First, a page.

WASHINGTON -- Ever since former Florida Gov. Jeb Bush announced last month that he was seriously considering a run for president, pundits and political observers have questioned whether the well-connected Republican is conservative enough for a party that has drifted rightward in recent years.
Influential conservative columnist George Will wrote last month that Bush's support for Common Core education standards was, by itself, reason enough not to vote for him. Last week, Larry Thornberry of the conservative American Spectator wrote that Bush's murky business career, coupled with his support for immigration reform, would present major hurdles in his quest to connect with middle-class Republican voters. And the challenges for the former governor will be particularly pronounced in a primary field likely to feature more ideological conservatives like Texas Sen. Ted Cruz and Kentucky Sen. Rand Paul.
But Bush hasn't always been the cheery moderate that he's presented as today. In fact, during his first campaign for governor of Florida in 1994, he was quite conservative.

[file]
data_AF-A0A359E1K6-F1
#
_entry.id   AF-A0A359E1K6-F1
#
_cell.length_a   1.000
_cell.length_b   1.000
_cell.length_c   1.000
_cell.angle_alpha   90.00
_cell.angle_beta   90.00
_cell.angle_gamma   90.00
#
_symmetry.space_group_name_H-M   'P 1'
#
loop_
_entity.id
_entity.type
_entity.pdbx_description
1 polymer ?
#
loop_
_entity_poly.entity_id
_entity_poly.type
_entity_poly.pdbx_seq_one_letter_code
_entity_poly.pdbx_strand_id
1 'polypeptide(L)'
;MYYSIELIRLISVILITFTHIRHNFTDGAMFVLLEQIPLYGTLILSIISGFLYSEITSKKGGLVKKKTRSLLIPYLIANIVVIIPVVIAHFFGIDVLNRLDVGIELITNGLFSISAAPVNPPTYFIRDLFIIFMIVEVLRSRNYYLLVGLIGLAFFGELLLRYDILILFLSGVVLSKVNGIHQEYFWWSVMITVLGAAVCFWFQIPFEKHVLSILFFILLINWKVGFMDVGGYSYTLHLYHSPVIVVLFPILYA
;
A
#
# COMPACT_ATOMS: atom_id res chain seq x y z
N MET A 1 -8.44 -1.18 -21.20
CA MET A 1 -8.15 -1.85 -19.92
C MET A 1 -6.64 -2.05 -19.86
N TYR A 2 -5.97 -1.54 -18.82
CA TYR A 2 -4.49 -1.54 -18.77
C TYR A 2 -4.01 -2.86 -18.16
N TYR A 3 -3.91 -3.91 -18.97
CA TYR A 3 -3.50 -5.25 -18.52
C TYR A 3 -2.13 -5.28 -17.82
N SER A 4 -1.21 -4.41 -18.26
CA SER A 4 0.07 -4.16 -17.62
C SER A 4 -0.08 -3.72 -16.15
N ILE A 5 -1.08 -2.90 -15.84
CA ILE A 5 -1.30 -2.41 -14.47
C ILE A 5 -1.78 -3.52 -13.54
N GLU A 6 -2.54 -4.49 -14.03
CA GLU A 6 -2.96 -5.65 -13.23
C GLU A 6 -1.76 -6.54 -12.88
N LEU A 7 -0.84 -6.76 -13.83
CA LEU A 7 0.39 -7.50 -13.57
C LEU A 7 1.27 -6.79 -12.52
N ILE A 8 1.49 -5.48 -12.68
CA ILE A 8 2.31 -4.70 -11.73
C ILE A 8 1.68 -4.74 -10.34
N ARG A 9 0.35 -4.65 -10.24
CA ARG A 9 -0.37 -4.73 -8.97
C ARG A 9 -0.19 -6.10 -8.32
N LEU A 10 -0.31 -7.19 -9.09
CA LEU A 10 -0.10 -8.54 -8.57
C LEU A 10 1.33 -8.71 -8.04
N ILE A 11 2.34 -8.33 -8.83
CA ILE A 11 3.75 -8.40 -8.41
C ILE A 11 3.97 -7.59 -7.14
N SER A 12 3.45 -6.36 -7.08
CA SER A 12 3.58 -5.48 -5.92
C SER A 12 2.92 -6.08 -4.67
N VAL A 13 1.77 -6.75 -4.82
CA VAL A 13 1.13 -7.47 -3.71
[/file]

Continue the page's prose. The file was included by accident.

In order to win the Republican nomination in that race, Bush ran as a hard-liner, staking out positions to the right of his GOP primary opponents on issues such as education, taxes, welfare and criminal justice. He eventually prevailed over the five other Republicans in the primary, though he lost the general election.
"A lot of Bush's ideas during his first run for governor in 1994 were really cutting-edge for the GOP," said Dr. David Colburn, director of the Askew Institute on Politics and Society at the University of Florida. "Bush was the fellow who was out in front and leading the charge with radical reforms."
The cornerstone of Bush's campaign was a sweeping set of conservative proposals that, if enacted, would have made Florida a virtual laboratory for far-right policy.
"I would abolish the Department of Education as it now exists, reducing the 2,000 person bureaucracy to about 50 to administer federal education funding and maintain minimum academic standards in Florida's schools," Bush told the Orlando Sentinel in a November 1994 interview.